For years, the housing lottery only included newly constructed units. When someone moved into one and then left, the vacated apartments did not return to the lottery. Buildings kept their own waiting lists, leading to allegations to those with political connections or who paid bribes could cut in line.
Some of those vacant units will now be entered in the lottery, allowing everyone to be made aware when they become available. Councilman Ben Kallos, who wrote the legislation that requires past rentals to return to the lottery, said the change would eventually bring thousands of units back into the lottery every month.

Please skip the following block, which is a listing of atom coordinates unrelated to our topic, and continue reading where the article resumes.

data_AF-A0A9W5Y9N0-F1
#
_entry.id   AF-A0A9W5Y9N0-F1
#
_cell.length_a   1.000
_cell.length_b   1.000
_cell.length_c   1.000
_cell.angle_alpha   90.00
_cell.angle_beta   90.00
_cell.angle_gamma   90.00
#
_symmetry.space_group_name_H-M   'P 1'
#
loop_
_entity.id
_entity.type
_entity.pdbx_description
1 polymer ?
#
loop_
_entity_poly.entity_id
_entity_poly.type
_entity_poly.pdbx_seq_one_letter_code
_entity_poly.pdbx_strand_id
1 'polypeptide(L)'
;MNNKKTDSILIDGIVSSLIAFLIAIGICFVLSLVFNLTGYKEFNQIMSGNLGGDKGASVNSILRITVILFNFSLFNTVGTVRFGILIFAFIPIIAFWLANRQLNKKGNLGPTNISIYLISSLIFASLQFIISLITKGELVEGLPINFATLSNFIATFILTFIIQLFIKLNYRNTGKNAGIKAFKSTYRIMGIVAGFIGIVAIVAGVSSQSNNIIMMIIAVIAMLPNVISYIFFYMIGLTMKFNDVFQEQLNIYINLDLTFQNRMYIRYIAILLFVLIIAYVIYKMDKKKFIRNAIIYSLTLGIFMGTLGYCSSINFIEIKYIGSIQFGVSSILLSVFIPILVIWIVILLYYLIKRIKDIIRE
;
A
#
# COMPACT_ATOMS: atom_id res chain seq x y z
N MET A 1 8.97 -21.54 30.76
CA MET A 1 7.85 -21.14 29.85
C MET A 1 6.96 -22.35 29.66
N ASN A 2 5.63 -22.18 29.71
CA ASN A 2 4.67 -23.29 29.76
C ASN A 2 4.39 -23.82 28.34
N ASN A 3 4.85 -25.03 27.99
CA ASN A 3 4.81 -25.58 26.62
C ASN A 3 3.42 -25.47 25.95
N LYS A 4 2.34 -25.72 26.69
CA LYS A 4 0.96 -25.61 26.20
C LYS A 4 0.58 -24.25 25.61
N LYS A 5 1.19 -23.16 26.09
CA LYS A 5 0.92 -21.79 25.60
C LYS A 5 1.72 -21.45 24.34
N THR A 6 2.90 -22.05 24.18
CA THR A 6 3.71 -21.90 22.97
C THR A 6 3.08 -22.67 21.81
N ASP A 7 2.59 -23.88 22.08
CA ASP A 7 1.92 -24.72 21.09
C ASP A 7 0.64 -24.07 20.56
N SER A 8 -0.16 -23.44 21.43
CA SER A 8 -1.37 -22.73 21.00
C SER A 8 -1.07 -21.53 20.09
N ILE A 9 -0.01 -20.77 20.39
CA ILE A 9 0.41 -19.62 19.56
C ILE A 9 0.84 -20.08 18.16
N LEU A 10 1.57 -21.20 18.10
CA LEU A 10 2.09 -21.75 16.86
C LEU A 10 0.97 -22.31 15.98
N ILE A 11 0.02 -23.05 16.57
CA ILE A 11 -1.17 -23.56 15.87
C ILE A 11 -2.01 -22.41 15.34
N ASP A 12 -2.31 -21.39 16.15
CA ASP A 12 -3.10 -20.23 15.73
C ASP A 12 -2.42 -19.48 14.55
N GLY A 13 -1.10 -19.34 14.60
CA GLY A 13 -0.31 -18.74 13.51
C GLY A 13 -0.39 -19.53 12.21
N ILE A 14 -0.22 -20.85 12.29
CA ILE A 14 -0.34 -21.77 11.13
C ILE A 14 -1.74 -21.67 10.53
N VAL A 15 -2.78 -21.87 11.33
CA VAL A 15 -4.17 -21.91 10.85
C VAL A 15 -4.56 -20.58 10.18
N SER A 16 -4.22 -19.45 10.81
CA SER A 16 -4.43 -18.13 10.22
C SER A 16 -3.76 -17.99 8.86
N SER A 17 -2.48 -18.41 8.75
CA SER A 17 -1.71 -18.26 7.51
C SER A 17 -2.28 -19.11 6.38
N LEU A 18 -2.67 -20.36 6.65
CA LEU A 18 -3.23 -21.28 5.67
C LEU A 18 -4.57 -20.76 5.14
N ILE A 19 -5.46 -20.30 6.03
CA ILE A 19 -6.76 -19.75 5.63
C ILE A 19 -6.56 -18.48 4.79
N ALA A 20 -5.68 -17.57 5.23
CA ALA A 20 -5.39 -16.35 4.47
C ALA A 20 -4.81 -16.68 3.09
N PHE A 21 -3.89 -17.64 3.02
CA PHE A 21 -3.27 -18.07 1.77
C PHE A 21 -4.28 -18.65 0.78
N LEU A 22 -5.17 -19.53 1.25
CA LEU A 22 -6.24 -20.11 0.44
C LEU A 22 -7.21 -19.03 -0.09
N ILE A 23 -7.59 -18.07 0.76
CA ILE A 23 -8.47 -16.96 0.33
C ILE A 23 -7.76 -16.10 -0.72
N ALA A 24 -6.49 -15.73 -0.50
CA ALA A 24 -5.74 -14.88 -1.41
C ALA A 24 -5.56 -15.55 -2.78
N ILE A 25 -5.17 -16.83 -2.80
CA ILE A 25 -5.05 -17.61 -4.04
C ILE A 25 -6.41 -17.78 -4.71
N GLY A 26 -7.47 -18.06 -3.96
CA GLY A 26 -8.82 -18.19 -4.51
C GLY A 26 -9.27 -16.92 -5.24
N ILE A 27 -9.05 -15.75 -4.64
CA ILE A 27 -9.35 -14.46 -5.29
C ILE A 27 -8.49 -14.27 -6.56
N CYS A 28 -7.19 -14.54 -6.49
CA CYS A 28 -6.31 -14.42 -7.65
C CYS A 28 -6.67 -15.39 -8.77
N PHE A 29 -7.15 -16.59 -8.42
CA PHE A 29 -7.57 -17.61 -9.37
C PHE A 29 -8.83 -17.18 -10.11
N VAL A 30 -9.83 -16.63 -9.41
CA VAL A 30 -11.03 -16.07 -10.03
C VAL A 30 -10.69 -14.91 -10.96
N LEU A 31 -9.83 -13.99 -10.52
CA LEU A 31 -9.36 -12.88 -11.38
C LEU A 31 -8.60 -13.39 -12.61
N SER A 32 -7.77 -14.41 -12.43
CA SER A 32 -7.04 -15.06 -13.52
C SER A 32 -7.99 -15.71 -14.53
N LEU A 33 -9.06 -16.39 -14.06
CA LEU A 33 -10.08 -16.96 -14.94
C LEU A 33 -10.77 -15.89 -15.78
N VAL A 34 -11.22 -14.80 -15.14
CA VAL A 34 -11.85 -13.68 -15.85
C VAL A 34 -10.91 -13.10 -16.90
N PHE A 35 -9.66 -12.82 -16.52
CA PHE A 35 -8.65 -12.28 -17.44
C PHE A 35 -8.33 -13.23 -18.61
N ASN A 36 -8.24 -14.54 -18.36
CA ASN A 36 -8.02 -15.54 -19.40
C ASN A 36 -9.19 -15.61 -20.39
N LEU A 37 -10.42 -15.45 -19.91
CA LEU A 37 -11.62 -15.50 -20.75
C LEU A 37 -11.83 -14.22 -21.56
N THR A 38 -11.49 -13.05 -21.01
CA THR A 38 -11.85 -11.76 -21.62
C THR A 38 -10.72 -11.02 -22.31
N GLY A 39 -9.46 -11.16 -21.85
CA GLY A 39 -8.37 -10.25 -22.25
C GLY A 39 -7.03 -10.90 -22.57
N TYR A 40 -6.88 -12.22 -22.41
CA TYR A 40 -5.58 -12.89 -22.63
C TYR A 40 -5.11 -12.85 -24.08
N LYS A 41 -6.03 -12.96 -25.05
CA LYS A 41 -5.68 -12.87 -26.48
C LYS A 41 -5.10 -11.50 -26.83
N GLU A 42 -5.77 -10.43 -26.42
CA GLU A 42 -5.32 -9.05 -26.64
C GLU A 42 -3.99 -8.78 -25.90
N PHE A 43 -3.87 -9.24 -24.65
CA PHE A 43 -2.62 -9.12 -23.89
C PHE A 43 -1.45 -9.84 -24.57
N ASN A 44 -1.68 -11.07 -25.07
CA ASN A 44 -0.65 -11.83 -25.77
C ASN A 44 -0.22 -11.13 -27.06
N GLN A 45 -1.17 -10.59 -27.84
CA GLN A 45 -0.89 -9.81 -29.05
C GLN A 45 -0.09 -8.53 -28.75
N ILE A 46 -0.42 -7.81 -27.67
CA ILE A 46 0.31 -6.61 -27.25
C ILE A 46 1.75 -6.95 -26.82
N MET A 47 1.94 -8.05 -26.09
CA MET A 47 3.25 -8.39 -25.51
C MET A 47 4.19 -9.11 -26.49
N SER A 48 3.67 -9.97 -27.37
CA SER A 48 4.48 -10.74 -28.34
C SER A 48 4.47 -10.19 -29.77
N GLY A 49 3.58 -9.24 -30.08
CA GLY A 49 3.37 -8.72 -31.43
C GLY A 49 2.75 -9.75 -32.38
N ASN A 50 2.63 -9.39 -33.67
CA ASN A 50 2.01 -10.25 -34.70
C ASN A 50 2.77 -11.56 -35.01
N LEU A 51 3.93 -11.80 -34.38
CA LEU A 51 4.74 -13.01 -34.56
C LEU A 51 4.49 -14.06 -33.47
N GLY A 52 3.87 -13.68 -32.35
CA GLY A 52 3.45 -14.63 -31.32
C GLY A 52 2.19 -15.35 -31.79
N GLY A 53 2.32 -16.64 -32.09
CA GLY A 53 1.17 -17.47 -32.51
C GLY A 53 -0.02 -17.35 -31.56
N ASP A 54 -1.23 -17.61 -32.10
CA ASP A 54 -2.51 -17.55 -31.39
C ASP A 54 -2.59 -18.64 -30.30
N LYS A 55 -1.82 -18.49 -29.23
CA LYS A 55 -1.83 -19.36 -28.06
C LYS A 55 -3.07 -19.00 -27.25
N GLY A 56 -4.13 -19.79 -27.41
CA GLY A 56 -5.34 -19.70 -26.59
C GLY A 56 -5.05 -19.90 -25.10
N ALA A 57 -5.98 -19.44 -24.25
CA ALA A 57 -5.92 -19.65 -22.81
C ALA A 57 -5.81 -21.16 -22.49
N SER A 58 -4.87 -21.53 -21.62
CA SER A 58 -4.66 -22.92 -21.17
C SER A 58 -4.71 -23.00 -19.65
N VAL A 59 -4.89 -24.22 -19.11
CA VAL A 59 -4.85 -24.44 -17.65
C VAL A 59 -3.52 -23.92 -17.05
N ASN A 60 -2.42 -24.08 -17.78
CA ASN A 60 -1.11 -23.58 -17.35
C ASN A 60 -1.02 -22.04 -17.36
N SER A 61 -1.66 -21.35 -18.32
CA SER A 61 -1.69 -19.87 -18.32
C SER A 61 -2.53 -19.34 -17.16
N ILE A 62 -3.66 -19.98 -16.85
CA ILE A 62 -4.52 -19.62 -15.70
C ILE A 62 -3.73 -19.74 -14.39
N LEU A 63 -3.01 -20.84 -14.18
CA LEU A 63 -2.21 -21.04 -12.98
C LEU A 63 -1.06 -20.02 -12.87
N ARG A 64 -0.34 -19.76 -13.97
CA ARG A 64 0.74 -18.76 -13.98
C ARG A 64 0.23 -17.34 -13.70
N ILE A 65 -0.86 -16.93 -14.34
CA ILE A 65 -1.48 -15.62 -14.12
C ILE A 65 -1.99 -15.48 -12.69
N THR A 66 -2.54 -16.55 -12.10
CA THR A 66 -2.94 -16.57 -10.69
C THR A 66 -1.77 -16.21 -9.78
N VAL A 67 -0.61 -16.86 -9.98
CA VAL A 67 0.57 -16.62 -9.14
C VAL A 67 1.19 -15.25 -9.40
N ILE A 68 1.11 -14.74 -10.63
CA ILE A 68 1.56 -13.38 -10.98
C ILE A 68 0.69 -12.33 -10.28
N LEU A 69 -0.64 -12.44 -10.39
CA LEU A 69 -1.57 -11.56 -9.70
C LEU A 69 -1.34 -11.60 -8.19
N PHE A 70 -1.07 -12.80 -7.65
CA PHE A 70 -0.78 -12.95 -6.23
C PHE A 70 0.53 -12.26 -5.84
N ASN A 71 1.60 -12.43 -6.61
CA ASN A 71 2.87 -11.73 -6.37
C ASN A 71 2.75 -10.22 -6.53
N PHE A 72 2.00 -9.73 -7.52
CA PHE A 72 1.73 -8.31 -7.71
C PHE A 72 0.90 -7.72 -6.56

“Before this, you had waiting lists and you had folks who might be politically connected with an official who knew buildings that had affordable housing,” said Mr. Kallos, a Democrat who represents the Upper East Side of Manhattan. “This means that all the vacant units in the system will be re-rented quickly.”
Read more in the New York Times.